In the meantime, governments and the media used the Manchester bombing as one more occasion for spreading fear and violence. You would think they would know by now that terror thrives on fear? You would think they would know by now that violence breeds violence that breeds more violence? It's a vicious circle. And occasionally we get a glimpse of those who will break the cycle of fear and violence, with their bodies and with music. I saw it at "One Love Manchester." God bless Ariana Grande! God bless them all!
A couple of days after the concert I was on a plane to Mexico. There I met with some thirty people from all over the country. Two were former gang leaders. Some were academics. A few were students. One was an artist; one a lawyer; one a banker. We ranged in age from 21 to 75. We spent nine days together studying and learning nonviolence as a way of life, courtesy of Mahatma Gandhi, Jesus and so many others. I dare say everyone left convinced we don't have to answer violence with violence. There is another way. But in a world where we are usually given just two choices, fight or flight, the alternatives are usually buried or quickly dismissed.
Take the burial and dismissing of important, positive events in the Islamic world. You won't find reporting of these responses to terror on the front (or last) page of the paper. 
On May 27 in Pakistan, Islamic religious scholars issued a unanimous decree that suicide attacks and armed insurgency against a state to impose Islamic rule was forbidden in Islam. The religious edict condemned terrorism and extremism and declared suicide attackers and their supporters as traitors.
After the killings in Manchester, local Muslim leaders walked to St. Ann's Square, a place of remembrance for those who died and laid flowers at the site. They shared remarks, condemning ISIS as an affront to Islam and humanity. They spoke about how Islam rejects suicide bombings. They thanked those who aided the victims and called for unity and strength in the face of terror. Other religious leadership from Christian and Jewish communities joined them.
After attacks on Coptic Christian churches in Egypt, Muslims started a fund raising campaign to help the victims and their families. One cited the Koran, "Repel evil with that which is better." It's the same thing Martin Luther King said in an essay he wrote on "How a Christian Overcomes Evil." King said you don't push evil out. You crowd it out with something better.
I do believe most young people would rather be listening to or making music than putting on a suicide belt. There is so much beauty all around us. Are they seeing it? Couldn't we do better in crowding out the ugly with beauty? Couldn't we do better crowding out fear with fearlessness? Couldn't we crowd out the violence with the alternatives of a Gandhi or a Jesus? Couldn't we crowd out the hate with love?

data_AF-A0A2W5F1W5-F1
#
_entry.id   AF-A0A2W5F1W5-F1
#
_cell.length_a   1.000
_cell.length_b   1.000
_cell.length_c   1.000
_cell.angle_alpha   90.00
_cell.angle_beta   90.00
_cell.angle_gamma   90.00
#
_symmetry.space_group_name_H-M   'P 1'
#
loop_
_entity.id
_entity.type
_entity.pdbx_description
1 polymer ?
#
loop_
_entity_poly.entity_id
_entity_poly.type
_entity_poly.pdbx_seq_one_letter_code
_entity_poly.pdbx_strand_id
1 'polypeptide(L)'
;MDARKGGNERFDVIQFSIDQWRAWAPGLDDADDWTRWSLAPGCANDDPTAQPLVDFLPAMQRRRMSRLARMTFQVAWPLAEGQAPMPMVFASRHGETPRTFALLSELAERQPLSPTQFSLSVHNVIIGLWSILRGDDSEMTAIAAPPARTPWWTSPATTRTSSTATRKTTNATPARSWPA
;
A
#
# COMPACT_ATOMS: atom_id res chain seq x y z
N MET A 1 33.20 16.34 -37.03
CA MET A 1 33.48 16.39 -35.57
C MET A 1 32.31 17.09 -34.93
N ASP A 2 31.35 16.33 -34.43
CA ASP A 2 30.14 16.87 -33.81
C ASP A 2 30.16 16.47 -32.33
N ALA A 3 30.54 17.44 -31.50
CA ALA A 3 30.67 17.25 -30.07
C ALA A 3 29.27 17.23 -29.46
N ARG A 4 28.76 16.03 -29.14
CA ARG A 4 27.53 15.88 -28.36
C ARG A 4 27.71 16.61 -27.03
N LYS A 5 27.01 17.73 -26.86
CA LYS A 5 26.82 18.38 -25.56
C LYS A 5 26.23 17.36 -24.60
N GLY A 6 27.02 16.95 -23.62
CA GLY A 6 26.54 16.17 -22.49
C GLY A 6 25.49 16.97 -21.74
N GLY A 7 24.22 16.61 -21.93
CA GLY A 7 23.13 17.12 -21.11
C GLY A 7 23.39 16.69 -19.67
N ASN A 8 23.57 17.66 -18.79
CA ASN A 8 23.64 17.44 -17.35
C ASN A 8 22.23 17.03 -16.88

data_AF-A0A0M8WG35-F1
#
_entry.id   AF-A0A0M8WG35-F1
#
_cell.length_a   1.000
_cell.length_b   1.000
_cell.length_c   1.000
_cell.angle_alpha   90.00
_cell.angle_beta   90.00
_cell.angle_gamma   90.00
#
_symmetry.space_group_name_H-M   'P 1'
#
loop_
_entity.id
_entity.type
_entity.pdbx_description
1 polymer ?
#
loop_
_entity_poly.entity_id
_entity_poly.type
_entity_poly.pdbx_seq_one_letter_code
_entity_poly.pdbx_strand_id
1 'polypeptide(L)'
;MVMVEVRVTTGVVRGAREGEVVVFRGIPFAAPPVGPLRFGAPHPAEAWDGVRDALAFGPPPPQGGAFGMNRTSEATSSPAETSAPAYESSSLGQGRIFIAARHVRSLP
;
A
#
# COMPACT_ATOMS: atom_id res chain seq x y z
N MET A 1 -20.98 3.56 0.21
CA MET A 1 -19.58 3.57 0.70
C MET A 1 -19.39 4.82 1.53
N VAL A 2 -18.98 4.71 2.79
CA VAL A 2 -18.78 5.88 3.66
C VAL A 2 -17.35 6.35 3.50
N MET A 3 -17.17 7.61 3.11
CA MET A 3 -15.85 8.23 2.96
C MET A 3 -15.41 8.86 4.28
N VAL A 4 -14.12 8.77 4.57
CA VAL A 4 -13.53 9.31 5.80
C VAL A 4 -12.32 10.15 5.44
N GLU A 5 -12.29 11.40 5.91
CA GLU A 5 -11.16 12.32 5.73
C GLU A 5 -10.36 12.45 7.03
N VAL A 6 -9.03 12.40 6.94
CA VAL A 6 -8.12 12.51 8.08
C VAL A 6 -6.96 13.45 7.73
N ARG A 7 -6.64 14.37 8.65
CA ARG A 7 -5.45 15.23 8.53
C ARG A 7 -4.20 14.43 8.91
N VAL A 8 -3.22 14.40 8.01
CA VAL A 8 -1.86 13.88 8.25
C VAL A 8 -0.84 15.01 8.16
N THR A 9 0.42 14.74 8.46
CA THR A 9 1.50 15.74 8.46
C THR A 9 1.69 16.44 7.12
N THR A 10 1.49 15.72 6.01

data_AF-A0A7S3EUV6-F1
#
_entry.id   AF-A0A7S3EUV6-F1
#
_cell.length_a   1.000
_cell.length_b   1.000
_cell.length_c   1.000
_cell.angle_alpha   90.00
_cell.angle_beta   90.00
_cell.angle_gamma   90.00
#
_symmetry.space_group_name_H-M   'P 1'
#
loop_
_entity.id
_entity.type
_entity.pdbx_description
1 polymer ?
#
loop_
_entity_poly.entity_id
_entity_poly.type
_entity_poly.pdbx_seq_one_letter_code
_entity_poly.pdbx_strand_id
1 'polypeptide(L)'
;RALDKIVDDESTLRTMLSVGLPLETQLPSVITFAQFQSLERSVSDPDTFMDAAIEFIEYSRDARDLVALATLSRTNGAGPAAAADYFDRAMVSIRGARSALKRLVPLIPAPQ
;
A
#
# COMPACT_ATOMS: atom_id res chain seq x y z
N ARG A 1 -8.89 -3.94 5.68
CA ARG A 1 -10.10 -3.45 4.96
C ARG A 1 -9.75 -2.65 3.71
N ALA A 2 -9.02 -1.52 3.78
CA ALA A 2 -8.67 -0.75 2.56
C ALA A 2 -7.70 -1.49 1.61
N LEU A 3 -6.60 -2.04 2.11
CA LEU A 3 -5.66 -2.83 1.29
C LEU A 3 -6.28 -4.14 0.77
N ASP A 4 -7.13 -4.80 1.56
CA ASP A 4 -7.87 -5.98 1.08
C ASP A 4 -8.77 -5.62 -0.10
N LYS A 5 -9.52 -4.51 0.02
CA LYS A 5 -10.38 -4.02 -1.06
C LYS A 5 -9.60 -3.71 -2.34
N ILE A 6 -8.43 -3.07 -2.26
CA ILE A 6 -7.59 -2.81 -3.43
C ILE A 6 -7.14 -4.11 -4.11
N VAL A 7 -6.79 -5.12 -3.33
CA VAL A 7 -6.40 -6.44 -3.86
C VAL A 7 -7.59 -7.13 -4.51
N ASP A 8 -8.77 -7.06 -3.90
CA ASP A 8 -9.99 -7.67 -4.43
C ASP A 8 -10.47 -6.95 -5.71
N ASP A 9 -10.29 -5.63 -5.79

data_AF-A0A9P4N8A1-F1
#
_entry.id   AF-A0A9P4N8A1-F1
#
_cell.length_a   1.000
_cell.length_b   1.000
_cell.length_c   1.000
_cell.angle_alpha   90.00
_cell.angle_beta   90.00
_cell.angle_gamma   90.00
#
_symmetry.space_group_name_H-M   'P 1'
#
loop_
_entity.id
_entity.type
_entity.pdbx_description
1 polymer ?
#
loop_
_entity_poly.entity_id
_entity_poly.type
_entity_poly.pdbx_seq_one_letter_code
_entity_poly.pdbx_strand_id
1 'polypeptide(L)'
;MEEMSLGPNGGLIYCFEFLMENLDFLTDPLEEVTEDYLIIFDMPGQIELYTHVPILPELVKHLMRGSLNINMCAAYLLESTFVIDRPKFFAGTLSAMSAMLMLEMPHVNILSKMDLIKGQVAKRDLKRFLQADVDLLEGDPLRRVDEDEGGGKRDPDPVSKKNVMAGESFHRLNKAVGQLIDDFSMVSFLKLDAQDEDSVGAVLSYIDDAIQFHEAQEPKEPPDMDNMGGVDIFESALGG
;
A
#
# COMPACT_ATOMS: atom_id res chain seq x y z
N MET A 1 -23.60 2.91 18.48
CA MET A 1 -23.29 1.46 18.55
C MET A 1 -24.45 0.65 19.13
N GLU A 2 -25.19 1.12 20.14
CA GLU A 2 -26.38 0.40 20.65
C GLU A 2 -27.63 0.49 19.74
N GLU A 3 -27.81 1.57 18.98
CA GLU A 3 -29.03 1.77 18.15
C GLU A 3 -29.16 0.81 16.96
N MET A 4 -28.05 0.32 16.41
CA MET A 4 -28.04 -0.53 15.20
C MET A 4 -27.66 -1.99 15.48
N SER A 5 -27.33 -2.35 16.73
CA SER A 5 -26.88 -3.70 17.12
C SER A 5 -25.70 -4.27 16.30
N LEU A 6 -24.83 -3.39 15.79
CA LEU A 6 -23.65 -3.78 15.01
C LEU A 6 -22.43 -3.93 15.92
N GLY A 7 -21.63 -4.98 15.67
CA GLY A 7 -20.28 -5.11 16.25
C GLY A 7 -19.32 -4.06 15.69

Couldn't we learn from those fifty thousand young people, crowding out fear and filling our lives with music?
Carl Kline

<style><!-- /* Font Definitions */

Fri, 07/07/2017 - 20:20

“They Flew Away, that’s what Birds Do”Rabbi Victor H. Reinstein
I worried about them during the night when I awoke to the sound of a hard rain falling. So too, my first thought upon waking in the morning was also about them. I hurried downstairs to check on them after the rains. In the damp morning air, surrounded by the scent of the rhododendrons, I felt panic when I realized they weren’t there. I looked in the bush among the pink flowers and green leaves. I looked on the branches of the trees that ring the yard. They were not there, not upon the garage roof either. I thought perhaps they had taken shelter in the yellow birdhouse hanging from the eaves of the garage, but no, it was empty. I felt sad and lonely, missing our visitors who had been with us such a short time, hoping that nothing untoward had happened, not wanting to think about it. I thought of the neighbor’s cat that visits the yard, thinking I should have done something more to protect them. I called to Mieke, asking her to come out, to stand with me where we had stood through the week and beheld with awe the simple miracle of love and creation, of perseverance and purpose. “They’re gone,” I said. With warm reassurance, Mieke answered, “they flew away, that’s what birds do.”
They were a family of robins that had built such a beautiful nest in the rhododendron bush next to the garage. It looked like a perfectly formed bowl, a basket so skillfully woven. We had watched through the week as the mother bird flew out into the yard to forage, returning quickly with food for the young one whose head we could see peeking up from just below the rim of the nest. It is hard to imagine that the little one could mature so quickly to have already been able to fly away. I thought about all the work that had gone into making the nest. There seemed to be lessons to be learned in the willingness of these little creatures to leave it all behind. I thought about the give and take of nest making and of the depth of attachment that most of us have to the things of this world. I wondered if they just assumed that they would make another in whatever place they came to next. Perhaps leaving a nest once built is part of the give and take of being a bird. I wondered if other birds make use of a nest left behind, if a new feathered-family would dwell where others had dwelled before, raising their young where others had nurtured little ones before. I felt grateful for the generosity of our robins, a gift simply to behold the intricate beauty of the nest left behind.